Ford models how adaptive cruise control (and AVs) can help reduce phantom traffic jams in a Fourth of July special. A phantom traffic jam is when traffic slows not because of an incident, collision or traffic light, but purely because of human error - braking too quickly or too soon. (link).
Audi and Cognata team up to accelerate the speed of innovation. (link).
Intel and Baidu. Baidu will adopt Mobileye’s (acquired by Intel) Responsibility Sensitivity Safety Model which give cars a ‘common-sense logic for driving safely. (link).
Lyft has acquired bikeshare company Motivate. Motivate is the largest bikeshare company in the US and runs iconic programs such as CitiBike in NYC and Ford GoBike in SF. Another example of how both Lyft and Uber are fleshing out their transport service offerings. (link).
On the Road Again
Cruise appears to be gearing up to launch on-demand ride-hailing services in San Francisco through their app, Cruise Anywhere. Estimated time of arrival is 2019. Will be interesting to see how this advancement coincides with their talks with Uber. (link).
Baidu’s Self-Driving Bus Fleet is Here. And it’s Big.
One hundred buses will be put into commercial operation in cities such as Beijing, Shenzhen, Xiongan, Wuhan and Pingtan of Fujian province - they will also extend trials to Japan. As always, I love seeing mass transport applications in the news. Moving away from private transport could have significant impact on China’s traffic and air pollution levels. (link).
Research and Academia
Researchers from UC Berkeley’s AI Lab and Industrial Consortium have released the world’s largest driving dataset, BDD1OOK. The dataset compiles over 150 million miles driven through a variety of geographic areas, and includes over 100,000 videos to boot. (link).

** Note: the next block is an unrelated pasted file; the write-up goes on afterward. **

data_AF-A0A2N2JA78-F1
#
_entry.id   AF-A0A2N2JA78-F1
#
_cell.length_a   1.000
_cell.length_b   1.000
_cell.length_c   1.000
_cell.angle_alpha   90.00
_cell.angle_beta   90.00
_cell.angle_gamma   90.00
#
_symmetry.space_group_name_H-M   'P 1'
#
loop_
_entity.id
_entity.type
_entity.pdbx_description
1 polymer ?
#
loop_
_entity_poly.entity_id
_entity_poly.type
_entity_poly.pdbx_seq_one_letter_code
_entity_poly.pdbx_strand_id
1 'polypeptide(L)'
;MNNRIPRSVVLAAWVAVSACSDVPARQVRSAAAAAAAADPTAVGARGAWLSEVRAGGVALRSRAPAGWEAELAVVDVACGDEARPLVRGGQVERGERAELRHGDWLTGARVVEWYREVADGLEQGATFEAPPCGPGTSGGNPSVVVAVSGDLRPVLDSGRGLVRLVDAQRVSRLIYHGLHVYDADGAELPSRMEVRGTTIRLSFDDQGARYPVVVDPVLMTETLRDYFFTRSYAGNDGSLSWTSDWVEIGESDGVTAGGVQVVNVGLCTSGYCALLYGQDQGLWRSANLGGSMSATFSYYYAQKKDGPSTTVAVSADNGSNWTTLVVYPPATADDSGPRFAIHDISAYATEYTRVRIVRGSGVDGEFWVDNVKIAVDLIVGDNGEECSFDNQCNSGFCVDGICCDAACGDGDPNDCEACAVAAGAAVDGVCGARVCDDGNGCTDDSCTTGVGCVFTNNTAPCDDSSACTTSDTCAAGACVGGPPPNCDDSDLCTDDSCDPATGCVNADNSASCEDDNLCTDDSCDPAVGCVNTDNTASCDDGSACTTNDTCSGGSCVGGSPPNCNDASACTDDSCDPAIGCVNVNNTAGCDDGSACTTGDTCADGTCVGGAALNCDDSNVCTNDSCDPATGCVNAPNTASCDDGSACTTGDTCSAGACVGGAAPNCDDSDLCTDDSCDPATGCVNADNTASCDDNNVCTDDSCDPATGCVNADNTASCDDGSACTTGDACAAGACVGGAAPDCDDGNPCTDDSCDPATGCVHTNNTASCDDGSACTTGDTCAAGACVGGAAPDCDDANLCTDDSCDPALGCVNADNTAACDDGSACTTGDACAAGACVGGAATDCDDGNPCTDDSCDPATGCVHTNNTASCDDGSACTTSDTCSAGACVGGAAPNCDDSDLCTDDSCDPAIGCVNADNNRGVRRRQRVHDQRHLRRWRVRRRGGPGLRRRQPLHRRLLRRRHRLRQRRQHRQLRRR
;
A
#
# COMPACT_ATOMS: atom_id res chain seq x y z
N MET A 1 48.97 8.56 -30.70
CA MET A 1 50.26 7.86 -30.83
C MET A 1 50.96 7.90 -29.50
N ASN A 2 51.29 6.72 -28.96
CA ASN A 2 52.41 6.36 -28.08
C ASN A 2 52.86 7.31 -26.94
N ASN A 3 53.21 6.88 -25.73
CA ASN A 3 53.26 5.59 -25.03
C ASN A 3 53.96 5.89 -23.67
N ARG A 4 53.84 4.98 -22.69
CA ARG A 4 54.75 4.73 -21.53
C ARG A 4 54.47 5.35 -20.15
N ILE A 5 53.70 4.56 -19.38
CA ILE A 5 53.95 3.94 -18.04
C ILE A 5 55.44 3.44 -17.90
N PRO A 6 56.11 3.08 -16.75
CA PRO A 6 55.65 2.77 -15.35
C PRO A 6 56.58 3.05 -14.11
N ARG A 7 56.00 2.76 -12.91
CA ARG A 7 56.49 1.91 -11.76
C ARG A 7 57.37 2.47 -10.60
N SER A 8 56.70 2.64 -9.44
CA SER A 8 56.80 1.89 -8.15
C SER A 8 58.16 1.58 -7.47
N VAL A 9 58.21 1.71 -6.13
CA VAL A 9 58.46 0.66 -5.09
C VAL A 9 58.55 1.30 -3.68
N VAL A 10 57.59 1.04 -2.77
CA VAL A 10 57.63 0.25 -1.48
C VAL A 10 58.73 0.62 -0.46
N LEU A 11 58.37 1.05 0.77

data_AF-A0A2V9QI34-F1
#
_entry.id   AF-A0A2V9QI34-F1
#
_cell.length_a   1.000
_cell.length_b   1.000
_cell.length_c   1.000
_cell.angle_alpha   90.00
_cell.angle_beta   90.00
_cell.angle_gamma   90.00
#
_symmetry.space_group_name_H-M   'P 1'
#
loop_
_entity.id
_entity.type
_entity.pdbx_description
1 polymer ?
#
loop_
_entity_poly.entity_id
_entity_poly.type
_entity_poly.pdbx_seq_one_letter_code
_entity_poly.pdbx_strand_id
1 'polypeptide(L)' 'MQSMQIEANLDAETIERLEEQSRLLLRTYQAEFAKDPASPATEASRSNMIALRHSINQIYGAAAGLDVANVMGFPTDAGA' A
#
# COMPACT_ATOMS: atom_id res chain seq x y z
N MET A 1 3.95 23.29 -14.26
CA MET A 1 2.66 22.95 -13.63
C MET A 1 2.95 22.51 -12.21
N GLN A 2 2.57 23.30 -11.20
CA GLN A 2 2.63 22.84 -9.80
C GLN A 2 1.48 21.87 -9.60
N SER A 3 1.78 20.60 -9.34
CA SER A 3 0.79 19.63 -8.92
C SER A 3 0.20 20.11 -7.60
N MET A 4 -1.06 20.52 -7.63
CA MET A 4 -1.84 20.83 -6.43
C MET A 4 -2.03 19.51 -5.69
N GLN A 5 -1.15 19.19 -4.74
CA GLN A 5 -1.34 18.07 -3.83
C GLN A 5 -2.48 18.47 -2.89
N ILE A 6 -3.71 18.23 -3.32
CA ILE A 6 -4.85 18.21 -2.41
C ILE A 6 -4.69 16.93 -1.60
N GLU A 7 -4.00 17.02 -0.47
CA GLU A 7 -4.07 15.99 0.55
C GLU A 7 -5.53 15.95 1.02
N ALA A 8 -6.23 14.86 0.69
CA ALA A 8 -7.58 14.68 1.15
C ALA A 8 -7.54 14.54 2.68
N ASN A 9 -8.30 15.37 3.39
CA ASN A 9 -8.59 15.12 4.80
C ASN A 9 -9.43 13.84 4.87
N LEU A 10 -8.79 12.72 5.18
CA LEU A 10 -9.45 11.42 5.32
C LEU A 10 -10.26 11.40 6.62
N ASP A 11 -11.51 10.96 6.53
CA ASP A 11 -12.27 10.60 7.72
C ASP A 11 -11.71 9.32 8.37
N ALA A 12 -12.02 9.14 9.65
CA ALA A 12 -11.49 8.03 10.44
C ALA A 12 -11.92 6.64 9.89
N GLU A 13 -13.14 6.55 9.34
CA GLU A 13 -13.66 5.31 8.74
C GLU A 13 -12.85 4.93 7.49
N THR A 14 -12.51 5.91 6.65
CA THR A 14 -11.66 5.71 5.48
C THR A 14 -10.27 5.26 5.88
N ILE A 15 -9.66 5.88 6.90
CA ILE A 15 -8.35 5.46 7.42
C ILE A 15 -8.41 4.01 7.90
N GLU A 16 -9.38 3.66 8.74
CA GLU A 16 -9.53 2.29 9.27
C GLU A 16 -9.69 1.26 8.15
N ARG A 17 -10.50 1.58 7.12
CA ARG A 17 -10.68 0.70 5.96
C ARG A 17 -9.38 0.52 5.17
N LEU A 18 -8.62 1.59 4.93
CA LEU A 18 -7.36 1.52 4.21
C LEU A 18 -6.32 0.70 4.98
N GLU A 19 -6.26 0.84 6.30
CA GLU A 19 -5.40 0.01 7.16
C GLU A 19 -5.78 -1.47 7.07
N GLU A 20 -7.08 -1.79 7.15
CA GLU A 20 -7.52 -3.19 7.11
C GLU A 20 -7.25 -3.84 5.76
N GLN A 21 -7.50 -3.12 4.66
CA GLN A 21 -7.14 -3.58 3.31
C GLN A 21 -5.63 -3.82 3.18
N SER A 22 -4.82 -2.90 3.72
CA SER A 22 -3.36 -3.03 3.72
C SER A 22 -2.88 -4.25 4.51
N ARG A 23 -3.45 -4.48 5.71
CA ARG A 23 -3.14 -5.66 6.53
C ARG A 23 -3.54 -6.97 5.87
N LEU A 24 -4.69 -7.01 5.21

A report by BCG and WEF finds that self-driving cars would likely induce more traffic in Boston. (link).
SUVs are Killing Pedestrians
Not to state the obvious, but a report released this week demonstrates how the design of the vehicle lends itself towards deadly collisions, particularly for minority populations. I personally am most excited to see how autonomy shifts vehicle design, towards vehicles which are right-sized for passengers and less harmful to more vulnerable road users. (link).
Will they or won’t they?
The Wall Street Journal discusses the potential positive and negative impacts AVs may have on cities. The article emphasizes the fears contemporary urban planners hold about the technology, an often over-looked perspective. (link).
For your amusement
This crossed my inbox this week, and I figure this audience would appreciate it as much as I did.
Have a lovely weekend friends.
By Sarah Barnes
This weekly newsletter on cities, transportation and technology is curated weekly by Sarah Barnes, a transport nerd based in San Francisco, CA.
The newsletter encourages new conversations about advanced transportation technology, primarily autonomous vehicles, which focus on people, equity, design and the cities we want to (and need to) be building for the future.